The Price Is Wrong

On September 11, 2001, the United States was hit by devastating terrorist attacks perpetrated by a transnational terrorist network. Less than a year later, it was apparent that the Bush administration wanted to invade Iraq, allegedly as part of the response. Famously, selling this agenda involved a highly deceptive effort to link the two issues. Iraq was said to have an advanced nuclear weapons program and to be likely to provide the fruits of its research to al-Qaeda.

All this we know. Less well remembered nowadays, though -- in fact, almost never discussed in the major media -- was another implicit prong of the argument: that invading Iraq would be cheap and easy, leaving plenty of resources for other purposes. When White House economic adviser Lawrence Lindsey stumbled off message in September 2002 with his prediction that war could cost $100 billion to $200 billion, the administration flew into crisis mode. Budget Director Mitch Daniels was trotted out to label the estimate “very, very high.” Deputy Defense Secretary Paul Wolfowitz opined -- in testimony to Congress, no less -- that reconstruction would cost virtually nothing in light of Iraq's promising oil revenues. Daniels proffered an estimate in the $50 billion to $60 billion range, substantially less than the $80 billion inflation-adjusted cost of the Persian Gulf War. Lindsey, famously, was soon after fired -- for his troublesome cost estimates and, reportedly, the President's annoyance at his poor personal fitness habits.


By April 2006, a Congressional Research Service (CRS) inquiry concluded that Lindsey's estimate was, indeed, way off -- but in the other direction. Around $261 billion had already been spent. Given the human stakes, it may seem crass to worry overly much about the dollar cost of a military conflict. But the fact that a CRS report is needed at all, as opposed to the straightforward accounting that either the White House or the Pentagon could surely provide were they so inclined, points to the basic reality that the war's proponents are continuing the prewar pattern of covering up the costs. And with good reason: They're enormous. Scandalously enormous.

The same CRS report indicated that before it ends, the war will likely cost somewhat more than the $549 billion spent (adjusted for inflation) in the much more lethal Vietnam War. But even this figure will likely prove to be off by hundreds of billions of dollars because it accounts only for funds directly appropriated for war fighting. As Linda Bilmes, a leading Harvard budgetary expert, and Nobel Prize–winning economist Joseph Stiglitz point out in their January 2006 paper, “The Economic Costs of the Iraq War,” the spending captured by the CRS, even in strict budgetary terms, is “only the tip of a very deep iceberg.”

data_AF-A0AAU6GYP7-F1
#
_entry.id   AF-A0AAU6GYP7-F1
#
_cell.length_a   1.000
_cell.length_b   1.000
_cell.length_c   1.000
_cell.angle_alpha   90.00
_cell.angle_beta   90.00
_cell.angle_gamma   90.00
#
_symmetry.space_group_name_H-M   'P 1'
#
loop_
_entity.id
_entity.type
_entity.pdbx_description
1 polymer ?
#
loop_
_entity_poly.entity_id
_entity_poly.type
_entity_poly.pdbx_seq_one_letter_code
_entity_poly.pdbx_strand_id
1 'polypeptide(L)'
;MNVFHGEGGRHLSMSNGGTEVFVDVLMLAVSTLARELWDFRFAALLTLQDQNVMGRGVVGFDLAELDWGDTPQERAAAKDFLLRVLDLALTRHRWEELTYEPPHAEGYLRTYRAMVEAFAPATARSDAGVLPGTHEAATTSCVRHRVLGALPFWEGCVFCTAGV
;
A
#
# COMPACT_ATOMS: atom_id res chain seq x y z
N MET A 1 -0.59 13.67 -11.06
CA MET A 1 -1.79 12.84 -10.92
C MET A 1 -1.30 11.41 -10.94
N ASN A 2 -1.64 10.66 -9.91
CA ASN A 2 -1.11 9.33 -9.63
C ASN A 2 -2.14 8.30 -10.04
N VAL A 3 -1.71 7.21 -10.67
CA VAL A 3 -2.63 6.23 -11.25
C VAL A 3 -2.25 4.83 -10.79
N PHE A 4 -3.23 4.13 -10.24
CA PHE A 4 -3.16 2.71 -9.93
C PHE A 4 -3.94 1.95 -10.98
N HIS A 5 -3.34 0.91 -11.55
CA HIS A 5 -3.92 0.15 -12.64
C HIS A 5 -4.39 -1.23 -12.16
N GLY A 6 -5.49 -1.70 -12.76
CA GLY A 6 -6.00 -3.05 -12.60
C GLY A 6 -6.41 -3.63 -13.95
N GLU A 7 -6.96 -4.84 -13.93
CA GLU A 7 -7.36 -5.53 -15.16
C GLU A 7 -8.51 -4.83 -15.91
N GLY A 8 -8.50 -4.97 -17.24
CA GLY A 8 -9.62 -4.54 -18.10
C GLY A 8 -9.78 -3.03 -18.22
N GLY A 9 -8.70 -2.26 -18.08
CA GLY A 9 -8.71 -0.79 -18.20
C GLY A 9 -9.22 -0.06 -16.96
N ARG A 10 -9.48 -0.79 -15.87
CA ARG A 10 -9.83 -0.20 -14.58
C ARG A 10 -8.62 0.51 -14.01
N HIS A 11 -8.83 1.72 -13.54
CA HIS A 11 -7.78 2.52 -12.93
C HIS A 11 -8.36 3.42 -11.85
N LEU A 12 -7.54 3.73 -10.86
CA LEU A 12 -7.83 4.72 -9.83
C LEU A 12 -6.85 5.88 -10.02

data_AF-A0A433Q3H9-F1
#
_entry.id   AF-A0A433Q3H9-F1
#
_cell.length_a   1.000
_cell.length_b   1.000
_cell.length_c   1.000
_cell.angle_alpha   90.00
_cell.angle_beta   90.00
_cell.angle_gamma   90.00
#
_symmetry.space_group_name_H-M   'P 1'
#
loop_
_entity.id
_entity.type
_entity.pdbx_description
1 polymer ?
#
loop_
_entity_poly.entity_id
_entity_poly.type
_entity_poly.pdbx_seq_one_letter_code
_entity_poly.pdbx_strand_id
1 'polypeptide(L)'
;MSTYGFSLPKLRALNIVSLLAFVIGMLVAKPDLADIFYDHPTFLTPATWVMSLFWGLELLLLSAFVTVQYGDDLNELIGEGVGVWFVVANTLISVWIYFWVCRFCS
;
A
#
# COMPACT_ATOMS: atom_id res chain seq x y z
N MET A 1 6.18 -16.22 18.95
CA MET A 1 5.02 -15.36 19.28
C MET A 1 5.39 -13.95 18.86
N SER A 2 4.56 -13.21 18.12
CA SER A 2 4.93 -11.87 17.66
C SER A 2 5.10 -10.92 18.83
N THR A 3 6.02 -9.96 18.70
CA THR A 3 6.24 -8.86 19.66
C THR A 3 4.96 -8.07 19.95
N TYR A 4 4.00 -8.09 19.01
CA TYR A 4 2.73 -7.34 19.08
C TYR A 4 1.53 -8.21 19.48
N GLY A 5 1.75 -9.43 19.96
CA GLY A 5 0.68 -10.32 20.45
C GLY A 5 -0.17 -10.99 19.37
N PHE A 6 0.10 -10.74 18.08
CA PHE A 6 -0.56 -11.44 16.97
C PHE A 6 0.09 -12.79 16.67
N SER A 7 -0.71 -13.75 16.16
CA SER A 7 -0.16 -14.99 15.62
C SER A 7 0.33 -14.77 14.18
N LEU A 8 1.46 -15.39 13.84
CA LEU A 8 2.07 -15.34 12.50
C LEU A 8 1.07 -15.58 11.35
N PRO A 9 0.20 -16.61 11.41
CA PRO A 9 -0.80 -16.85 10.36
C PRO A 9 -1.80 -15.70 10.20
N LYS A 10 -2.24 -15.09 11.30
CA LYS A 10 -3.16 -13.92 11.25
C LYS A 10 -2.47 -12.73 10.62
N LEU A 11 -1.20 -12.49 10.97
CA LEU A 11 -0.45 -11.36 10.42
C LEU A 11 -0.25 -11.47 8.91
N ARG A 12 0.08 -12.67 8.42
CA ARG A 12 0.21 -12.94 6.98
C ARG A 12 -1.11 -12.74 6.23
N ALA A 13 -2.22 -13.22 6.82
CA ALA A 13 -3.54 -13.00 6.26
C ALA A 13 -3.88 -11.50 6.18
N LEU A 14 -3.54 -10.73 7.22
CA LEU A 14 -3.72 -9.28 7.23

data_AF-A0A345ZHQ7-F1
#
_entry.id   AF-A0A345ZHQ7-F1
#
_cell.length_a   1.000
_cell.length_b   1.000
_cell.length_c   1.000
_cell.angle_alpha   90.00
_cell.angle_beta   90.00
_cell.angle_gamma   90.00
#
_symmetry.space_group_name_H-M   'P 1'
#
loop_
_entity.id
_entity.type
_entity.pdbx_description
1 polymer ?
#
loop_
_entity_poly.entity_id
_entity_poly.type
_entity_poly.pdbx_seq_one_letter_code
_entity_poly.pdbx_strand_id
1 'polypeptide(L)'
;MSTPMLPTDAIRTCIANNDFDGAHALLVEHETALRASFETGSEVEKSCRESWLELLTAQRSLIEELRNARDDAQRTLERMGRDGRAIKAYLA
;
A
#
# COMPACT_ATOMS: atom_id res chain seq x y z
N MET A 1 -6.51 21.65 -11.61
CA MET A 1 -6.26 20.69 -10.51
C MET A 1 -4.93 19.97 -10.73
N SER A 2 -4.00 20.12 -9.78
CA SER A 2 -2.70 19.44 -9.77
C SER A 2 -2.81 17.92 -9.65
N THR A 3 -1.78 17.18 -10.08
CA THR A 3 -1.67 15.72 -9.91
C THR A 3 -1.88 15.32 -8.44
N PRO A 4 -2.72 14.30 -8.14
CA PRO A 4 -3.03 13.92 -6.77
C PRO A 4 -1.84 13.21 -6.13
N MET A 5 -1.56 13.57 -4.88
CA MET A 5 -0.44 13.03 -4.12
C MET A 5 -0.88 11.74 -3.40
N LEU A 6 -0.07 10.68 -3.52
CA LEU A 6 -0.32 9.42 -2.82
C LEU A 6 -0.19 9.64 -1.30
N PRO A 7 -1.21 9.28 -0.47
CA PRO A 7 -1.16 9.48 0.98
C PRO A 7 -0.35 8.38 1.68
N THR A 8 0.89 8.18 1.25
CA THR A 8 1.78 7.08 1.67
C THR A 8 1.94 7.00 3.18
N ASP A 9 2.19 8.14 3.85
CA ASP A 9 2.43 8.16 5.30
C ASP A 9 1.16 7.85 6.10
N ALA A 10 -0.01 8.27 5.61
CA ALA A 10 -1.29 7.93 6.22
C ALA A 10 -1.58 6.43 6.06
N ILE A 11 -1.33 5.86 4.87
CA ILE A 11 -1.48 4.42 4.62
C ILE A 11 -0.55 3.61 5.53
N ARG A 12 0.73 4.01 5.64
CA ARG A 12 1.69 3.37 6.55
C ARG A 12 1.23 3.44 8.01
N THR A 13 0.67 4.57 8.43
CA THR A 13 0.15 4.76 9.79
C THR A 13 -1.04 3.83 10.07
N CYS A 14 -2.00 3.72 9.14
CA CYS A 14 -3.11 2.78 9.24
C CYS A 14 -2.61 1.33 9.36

Wartime appropriations do not, for example, include the cost of disability payments to veterans wounded in the war, payments that will continue throughout their life spans. Nor do they cover the costs of medical treatment for those seriously injured in the war, or even such basic war-related costs as the replacement of equipment and munitions expended in the conflict or the need to transport soldiers back to their home bases when they rotate out of country. The war has also substantially increased the military's overall recruiting costs, reflected in bigger bonuses and additional recruiters. What's more, by combining the war with aggressive tax cutting, the administration has ensured that the operation is paid for entirely by borrowing money on which interest will need to be paid. The shocking truth, according to Bilmes and Stiglitz, is that if one applies the Congressional Budget Office's basic assumptions about the duration of the conflict (“a small but continuous presence”), it will cost nearly a staggering $1.27 trillion dollars before all is said and done.

The number is so high as to defy human comprehension. All the numbers ending in “-illion” sound the same. But a trillion is what you get if you spend a million dollars a day … for a million days. That's 2,737 years -- a cool mil a day, every day, in other words, until the Year of Our Lord 4743. Or, working backward, from the time when Homer wrote the Iliad up to now. The $270 billion in rounding error is worth another 750 years at the million-a-day rate. That takes us up to the year 5493 -- or back to when Moses fled Egypt.

Anyway you slice it, it's a lot of money. More than enough to fund any sort of “too expensive” pie-in-the-sky liberal domestic scheme. Universal preschool, for example, clocks in at about $35 billion annually -- cheap enough to get 37 years' worth. But Bush never said invading Iraq would educate our children or fight domestic poverty, so let's not even get into that, for now. What the President did promise was the following: that regime change would curb nuclear proliferation, weaken al-Qaeda, and create a shining beacon of democracy. What happened? We eliminated a nuclear program that didn't exist, encouraged Iran and North Korea to speed theirs along, offered terrorists a gigantic recruiting opportunity and training ground, and turned Iraq into a venue for chaos and civil war plagued by death squads and offering local despots a handy cautionary tale about the dangers of liberalization.

For $1.27 trillion, we have our hands full in a quagmire; the world hating us; worldwide acts of terrorism on the sharp rise; and much more. We could have done better. Much better. You might even say a trillion times better. Economists use the term “opportunity cost” to refer to the cost of an endeavor in terms of the opportunities that endeavor foreclosed. Iraq foreclosed advancing important humanitarian goals, killing and capturing terrorists more effectively, eliminating nuclear threats, and securing the homeland among other goals. Here are 11 ways it could have been different -- and still could be, come January 20, 2009.